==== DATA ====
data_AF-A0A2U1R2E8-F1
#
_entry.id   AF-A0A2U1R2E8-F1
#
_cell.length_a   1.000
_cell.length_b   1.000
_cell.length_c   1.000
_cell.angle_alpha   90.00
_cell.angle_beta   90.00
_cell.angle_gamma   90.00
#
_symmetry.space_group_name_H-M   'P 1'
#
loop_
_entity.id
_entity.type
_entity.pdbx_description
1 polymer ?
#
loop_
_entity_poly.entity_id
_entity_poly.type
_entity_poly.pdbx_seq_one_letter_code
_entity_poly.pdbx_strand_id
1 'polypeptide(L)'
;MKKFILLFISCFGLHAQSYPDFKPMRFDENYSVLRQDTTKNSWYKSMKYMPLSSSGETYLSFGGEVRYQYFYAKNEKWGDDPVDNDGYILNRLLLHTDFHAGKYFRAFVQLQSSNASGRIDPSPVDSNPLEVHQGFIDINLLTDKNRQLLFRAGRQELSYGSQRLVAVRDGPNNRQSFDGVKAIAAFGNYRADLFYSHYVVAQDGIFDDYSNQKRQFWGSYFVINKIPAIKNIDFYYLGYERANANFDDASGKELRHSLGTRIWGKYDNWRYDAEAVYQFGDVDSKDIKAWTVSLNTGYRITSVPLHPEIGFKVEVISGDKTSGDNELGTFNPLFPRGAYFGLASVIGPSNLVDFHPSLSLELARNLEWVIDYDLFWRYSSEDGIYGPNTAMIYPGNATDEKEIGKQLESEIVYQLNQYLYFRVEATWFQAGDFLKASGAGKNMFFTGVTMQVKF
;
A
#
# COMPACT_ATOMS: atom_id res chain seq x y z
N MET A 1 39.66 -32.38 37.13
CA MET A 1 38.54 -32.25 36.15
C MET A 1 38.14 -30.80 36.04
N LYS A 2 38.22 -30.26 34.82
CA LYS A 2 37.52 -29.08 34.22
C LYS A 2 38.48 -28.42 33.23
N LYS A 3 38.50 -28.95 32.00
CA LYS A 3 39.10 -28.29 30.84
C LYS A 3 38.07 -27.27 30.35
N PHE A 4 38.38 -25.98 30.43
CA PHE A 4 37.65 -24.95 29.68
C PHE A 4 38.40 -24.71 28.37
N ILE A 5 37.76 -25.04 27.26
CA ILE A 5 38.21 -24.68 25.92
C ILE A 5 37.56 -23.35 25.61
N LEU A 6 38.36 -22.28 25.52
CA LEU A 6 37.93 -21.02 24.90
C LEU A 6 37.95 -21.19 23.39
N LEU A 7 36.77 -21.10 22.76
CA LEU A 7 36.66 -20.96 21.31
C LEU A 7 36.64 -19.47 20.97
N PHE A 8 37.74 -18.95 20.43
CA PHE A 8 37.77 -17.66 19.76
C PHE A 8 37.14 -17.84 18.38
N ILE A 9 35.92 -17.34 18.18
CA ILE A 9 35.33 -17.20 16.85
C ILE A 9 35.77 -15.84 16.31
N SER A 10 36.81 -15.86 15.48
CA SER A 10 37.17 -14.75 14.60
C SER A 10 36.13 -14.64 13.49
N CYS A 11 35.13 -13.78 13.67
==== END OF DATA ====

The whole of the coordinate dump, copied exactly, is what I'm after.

data_AF-A0A2U1R2E8-F1
#
_entry.id   AF-A0A2U1R2E8-F1
#
_cell.length_a   1.000
_cell.length_b   1.000
_cell.length_c   1.000
_cell.angle_alpha   90.00
_cell.angle_beta   90.00
_cell.angle_gamma   90.00
#
_symmetry.space_group_name_H-M   'P 1'
#
loop_
_entity.id
_entity.type
_entity.pdbx_description
1 polymer ?
#
loop_
_entity_poly.entity_id
_entity_poly.type
_entity_poly.pdbx_seq_one_letter_code
_entity_poly.pdbx_strand_id
1 'polypeptide(L)'
;MKKFILLFISCFGLHAQSYPDFKPMRFDENYSVLRQDTTKNSWYKSMKYMPLSSSGETYLSFGGEVRYQYFYAKNEKWGDDPVDNDGYILNRLLLHTDFHAGKYFRAFVQLQSSNASGRIDPSPVDSNPLEVHQGFIDINLLTDKNRQLLFRAGRQELSYGSQRLVAVRDGPNNRQSFDGVKAIAAFGNYRADLFYSHYVVAQDGIFDDYSNQKRQFWGSYFVINKIPAIKNIDFYYLGYERANANFDDASGKELRHSLGTRIWGKYDNWRYDAEAVYQFGDVDSKDIKAWTVSLNTGYRITSVPLHPEIGFKVEVISGDKTSGDNELGTFNPLFPRGAYFGLASVIGPSNLVDFHPSLSLELARNLEWVIDYDLFWRYSSEDGIYGPNTAMIYPGNATDEKEIGKQLESEIVYQLNQYLYFRVEATWFQAGDFLKASGAGKNMFFTGVTMQVKF
;
A
#
# COMPACT_ATOMS: atom_id res chain seq x y z
N MET A 1 39.66 -32.38 37.13
CA MET A 1 38.54 -32.25 36.15
C MET A 1 38.14 -30.80 36.04
N LYS A 2 38.22 -30.26 34.82
CA LYS A 2 37.52 -29.08 34.22
C LYS A 2 38.48 -28.42 33.23
N LYS A 3 38.50 -28.95 32.00
CA LYS A 3 39.10 -28.29 30.84
C LYS A 3 38.07 -27.27 30.35
N PHE A 4 38.38 -25.98 30.43
CA PHE A 4 37.65 -24.95 29.68
C PHE A 4 38.40 -24.71 28.37
N ILE A 5 37.76 -25.04 27.26
CA ILE A 5 38.21 -24.68 25.92
C ILE A 5 37.56 -23.35 25.61
N LEU A 6 38.36 -22.28 25.52
CA LEU A 6 37.93 -21.02 24.90
C LEU A 6 37.95 -21.19 23.39
N LEU A 7 36.77 -21.10 22.76
CA LEU A 7 36.66 -20.96 21.31
C LEU A 7 36.64 -19.47 20.97
N PHE A 8 37.74 -18.95 20.43
CA PHE A 8 37.77 -17.66 19.76
C PHE A 8 37.14 -17.84 18.38
N ILE A 9 35.92 -17.34 18.18
CA ILE A 9 35.33 -17.20 16.85
C ILE A 9 35.77 -15.84 16.31
N SER A 10 36.81 -15.86 15.48
CA SER A 10 37.17 -14.75 14.60
C SER A 10 36.13 -14.64 13.49
N CYS A 11 35.13 -13.78 13.67